The racist and violent acts that occurred earlier this month in Charlottesville, Virginia horrified the nation. But even if the president is slow to denounce hatred and anti-Semitism in America, others aren’t. Among others, members of a national organization called the Latino Jewish Leadership Council have made it perfectly clear that they denounce these acts, consider them to be domestic terrorism, and call on federal prosecutors to take action.
On August 12, Heather Heyer was murdered and 19 others were injured when James Fields Jr., a member of the “alt-right,” plowed his car into a crowd of counter-protesters who attended the “Unite the Right” rally to take a stand against white supremacist ideals. According to the CDC, assault was the 17th leading cause of death in 2014 within the United States. But in the month following Trump’s election, the Southern Poverty Law Center cataloged more than 1,000 racist, anti-Semitic, and hate-fueled acts. And many fear the violence will only continue to increase.
President Trump maintained that “many sides” were to blame for what transpired. Politicians and regular citizens alike, from both sides of the aisle, were quick to tear the president apart for his message. Even House Speaker Paul Ryan expressed the need for moral clarity.
Now, 35 Jewish and Latino leaders from all across the country, acting as the LJLC — formed this past February to “advocate for issues of shared concern and values cherished by both communities” — are speaking out for the same reasons.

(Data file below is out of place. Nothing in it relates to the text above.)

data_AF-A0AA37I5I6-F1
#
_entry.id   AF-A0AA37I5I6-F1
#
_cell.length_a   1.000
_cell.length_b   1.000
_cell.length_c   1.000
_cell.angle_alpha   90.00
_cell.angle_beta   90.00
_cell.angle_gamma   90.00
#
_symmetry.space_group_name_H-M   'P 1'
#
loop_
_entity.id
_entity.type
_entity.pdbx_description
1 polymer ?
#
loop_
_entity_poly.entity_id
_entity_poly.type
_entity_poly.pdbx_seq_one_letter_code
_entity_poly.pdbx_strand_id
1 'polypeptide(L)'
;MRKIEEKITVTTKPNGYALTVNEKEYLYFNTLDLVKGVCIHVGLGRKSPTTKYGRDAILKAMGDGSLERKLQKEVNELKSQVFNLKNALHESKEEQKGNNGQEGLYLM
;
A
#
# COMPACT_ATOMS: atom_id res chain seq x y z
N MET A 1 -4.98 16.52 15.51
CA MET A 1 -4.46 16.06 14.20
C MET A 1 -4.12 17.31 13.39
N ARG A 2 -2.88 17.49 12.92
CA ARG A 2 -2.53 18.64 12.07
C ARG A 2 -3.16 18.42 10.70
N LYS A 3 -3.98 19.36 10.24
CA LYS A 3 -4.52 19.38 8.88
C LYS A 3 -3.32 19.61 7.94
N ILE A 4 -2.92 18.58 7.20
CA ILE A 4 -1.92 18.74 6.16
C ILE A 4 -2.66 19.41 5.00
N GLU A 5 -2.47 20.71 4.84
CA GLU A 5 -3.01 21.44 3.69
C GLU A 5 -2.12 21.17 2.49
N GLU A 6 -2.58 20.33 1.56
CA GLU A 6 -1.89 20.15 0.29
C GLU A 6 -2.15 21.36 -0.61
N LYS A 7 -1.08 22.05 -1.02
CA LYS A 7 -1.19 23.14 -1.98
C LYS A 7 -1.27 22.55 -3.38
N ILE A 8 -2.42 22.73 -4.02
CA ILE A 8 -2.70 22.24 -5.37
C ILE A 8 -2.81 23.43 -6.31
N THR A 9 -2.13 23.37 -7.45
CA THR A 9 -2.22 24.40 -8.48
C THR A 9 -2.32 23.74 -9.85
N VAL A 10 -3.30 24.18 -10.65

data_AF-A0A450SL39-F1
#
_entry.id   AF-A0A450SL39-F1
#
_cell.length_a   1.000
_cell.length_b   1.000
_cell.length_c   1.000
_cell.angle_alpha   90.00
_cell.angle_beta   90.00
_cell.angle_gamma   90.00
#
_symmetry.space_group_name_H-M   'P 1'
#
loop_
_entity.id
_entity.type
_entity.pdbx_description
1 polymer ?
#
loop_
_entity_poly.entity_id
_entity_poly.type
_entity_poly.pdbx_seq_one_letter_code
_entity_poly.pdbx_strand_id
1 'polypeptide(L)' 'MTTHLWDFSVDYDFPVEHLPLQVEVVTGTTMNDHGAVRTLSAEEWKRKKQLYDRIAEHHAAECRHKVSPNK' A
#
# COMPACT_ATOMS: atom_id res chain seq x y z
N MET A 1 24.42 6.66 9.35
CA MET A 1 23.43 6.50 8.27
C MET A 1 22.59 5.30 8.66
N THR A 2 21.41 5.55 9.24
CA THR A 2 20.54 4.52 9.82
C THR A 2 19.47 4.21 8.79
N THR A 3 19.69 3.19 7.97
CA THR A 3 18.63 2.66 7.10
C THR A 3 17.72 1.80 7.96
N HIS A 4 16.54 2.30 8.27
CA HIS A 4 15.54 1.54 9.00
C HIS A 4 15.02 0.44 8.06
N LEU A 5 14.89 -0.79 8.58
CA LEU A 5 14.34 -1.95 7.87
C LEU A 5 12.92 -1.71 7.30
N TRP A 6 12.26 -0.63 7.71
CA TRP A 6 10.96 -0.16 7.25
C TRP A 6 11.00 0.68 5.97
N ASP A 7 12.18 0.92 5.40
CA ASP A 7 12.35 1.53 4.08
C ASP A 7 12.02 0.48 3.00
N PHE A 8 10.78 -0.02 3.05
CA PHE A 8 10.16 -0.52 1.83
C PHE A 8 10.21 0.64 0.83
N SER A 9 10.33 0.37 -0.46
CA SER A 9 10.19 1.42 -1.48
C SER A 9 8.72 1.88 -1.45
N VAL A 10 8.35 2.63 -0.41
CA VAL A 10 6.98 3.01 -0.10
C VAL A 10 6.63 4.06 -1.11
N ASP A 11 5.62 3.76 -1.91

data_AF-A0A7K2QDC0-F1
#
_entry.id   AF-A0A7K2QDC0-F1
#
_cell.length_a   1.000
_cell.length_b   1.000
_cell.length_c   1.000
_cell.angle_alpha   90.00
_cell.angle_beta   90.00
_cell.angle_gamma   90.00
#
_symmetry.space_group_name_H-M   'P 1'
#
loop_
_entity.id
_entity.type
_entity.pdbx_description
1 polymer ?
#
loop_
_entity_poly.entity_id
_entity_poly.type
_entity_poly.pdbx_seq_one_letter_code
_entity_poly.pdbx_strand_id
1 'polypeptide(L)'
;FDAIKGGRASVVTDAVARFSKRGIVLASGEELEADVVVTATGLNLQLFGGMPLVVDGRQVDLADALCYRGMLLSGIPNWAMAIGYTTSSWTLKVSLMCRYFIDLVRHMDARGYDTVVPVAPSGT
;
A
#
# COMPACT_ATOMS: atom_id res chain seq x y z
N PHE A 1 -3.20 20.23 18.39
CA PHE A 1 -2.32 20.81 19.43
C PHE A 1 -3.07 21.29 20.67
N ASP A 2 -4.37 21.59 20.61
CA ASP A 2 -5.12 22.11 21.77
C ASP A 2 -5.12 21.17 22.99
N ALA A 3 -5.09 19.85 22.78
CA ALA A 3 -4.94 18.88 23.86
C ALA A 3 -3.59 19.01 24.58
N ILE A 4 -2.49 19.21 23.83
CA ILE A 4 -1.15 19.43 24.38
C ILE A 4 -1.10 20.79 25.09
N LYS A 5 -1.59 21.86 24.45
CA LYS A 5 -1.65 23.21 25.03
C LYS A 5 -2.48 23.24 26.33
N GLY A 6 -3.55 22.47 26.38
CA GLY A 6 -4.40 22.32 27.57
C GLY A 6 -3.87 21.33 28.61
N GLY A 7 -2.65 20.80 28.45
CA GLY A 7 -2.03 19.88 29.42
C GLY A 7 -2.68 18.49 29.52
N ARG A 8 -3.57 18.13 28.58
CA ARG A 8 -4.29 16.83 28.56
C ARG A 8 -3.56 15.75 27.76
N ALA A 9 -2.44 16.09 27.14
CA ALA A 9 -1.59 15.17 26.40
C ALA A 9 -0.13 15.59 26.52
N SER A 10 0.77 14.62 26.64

In the press release, the LJLC notes:
“At this critical juncture, Americans expect moral clarity from their leaders. Words and actions are absolutely required to bring the nation together, heal wounds and prevent these despicable hate groups from further terrorizing our communities. But creating the impression of moral equivalence between neo-Nazis, white supremacists and the KKK and demonstrators who oppose them is nothing short of offensive.”
Members of the LJLC also call on appointed and elected officials from all parties to stand united against prejudice. The organization maintains that they have repeatedly denounced the anti-immigrant, racist, and xenophobic rhetoric that has arguably been a cornerstone of the current administration since Trump’s campaign began. While the group is far from the only organization to do so, they may be encouraged to know that they’re now being joined by more privileged parties, including military leaders and former Republican presidents. The events in Charlottesville were absolutely horrific, but many of those who stand opposed to Trump are hopeful that the president’s refusal to cast blame where deserved may move even the most steadfast of Republicans to finally break away.